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With the Boy Scouts of America set to vote on a policy that would allow openly gay youths to participate, activists ramp up the volume on their protests.
After years of emotional debate, the Boy Scouts of America are considering a proposal at their annual meeting to allow gay youths to participate openly in the popular organization for the first time.
The exclusion of gay Scouts has been the subject of much wrangling and soul searching in the century-old organization -- from local troops and councils to online petitions to national board meetings. The dispute was even heard by the Supreme Court, which said 13 years ago that as a private membership organization the BSA was free to decide who it would admit.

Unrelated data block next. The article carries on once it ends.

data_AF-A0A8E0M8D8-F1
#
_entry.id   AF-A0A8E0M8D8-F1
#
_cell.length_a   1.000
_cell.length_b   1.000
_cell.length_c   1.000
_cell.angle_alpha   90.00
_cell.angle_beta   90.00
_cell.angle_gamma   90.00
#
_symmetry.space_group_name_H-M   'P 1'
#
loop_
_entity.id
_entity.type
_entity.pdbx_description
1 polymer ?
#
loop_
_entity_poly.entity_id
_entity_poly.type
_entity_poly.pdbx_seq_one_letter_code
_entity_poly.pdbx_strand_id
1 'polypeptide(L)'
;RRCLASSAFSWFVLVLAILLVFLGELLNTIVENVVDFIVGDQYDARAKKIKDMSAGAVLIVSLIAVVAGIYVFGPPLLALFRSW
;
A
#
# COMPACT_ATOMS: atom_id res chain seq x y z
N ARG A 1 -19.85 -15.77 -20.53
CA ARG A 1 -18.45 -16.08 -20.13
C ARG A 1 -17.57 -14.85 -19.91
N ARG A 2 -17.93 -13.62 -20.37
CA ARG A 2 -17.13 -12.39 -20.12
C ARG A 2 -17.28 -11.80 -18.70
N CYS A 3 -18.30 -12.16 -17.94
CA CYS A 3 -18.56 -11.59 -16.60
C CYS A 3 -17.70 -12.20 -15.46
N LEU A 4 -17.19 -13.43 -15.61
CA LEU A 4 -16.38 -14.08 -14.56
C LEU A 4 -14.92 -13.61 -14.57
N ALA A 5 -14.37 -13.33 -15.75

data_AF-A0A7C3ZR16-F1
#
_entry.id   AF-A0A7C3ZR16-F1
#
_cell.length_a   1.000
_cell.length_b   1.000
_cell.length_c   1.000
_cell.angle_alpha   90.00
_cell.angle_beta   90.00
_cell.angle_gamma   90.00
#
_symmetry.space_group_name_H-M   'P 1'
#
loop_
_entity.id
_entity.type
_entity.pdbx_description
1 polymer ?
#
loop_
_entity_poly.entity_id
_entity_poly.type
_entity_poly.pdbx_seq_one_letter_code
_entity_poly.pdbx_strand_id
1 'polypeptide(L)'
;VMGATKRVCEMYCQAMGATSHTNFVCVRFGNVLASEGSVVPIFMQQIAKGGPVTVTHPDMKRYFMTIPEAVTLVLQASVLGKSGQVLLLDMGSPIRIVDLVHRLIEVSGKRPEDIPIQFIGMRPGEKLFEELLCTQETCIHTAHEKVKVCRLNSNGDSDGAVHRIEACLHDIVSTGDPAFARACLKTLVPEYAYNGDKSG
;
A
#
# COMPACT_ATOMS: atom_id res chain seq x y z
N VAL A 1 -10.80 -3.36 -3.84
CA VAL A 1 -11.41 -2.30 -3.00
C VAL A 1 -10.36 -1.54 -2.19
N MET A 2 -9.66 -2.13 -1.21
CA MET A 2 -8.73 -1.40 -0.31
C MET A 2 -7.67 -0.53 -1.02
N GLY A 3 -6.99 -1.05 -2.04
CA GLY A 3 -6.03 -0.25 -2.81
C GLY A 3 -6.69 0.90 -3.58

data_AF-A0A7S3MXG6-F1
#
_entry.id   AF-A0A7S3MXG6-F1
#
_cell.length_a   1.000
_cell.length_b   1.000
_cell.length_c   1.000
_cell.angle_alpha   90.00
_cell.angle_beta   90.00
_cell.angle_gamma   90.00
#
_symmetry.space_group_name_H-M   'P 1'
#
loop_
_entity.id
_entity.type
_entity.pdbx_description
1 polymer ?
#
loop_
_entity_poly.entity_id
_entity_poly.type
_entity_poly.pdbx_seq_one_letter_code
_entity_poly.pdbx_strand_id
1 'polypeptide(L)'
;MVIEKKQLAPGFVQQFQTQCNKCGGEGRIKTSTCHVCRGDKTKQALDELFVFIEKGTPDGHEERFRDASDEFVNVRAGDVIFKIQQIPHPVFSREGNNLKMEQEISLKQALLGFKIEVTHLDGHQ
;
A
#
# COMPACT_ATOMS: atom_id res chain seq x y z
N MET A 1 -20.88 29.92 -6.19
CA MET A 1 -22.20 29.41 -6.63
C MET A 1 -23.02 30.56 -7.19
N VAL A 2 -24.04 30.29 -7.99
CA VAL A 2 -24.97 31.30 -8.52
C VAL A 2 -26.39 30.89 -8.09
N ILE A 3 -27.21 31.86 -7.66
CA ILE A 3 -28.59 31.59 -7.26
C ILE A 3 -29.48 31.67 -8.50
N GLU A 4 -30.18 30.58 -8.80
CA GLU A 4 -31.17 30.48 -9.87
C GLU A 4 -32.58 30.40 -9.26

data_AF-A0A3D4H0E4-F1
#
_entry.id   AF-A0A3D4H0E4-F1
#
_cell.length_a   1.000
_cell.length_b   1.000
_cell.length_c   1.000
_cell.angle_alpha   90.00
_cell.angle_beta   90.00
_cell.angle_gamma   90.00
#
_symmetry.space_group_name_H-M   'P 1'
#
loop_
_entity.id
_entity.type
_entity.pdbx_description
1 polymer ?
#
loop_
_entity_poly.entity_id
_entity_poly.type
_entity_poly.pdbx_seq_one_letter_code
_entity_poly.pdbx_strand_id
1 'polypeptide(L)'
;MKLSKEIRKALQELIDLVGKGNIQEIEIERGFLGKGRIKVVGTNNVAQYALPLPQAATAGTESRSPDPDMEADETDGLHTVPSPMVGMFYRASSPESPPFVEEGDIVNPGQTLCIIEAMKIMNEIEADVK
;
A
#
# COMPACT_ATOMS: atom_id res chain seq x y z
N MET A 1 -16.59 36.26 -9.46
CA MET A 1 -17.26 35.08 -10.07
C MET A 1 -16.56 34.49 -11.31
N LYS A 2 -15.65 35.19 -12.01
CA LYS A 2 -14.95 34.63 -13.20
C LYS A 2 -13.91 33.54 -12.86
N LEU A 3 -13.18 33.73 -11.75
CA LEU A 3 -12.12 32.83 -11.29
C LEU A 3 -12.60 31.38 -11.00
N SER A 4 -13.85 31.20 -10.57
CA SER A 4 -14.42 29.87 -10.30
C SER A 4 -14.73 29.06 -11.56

Here is a rundown of what is at stake in the vote, which is scheduled to take place Thursday among the 1,400 delegates of the National Council gathered in Grapevine, Texas.
What would the new membership policy look like?
The proposal would lift the organization’s ban on openly gay youth participants, but it would continue to bar gay adults from being Scout leaders.
Subject to gut-wrenching debate over morality and rights, the proposal would impact more than 100,000 scouting units, such as Cub Scout packs and Boy Scout troops, that involve nearly 3 million youths and more than 1 million adults. Generations of Scouts have weighed in on the issue in private and in public, with partisans on both sides threatening to withdraw from participating depending on how it is resolved.
Why is the scouting organization considering this change now?
BSA leaders won’t say exactly why now, but more than a decade after the Supreme Court said the organization was on solid legal ground in excluding gays, the debate quite simply won’t go away. Last summer, the Boy Scouts reaffirmed their anti-gay policy, after a two-year examination by a committee. Since then, some local chapters have been pushing for a reconsideration.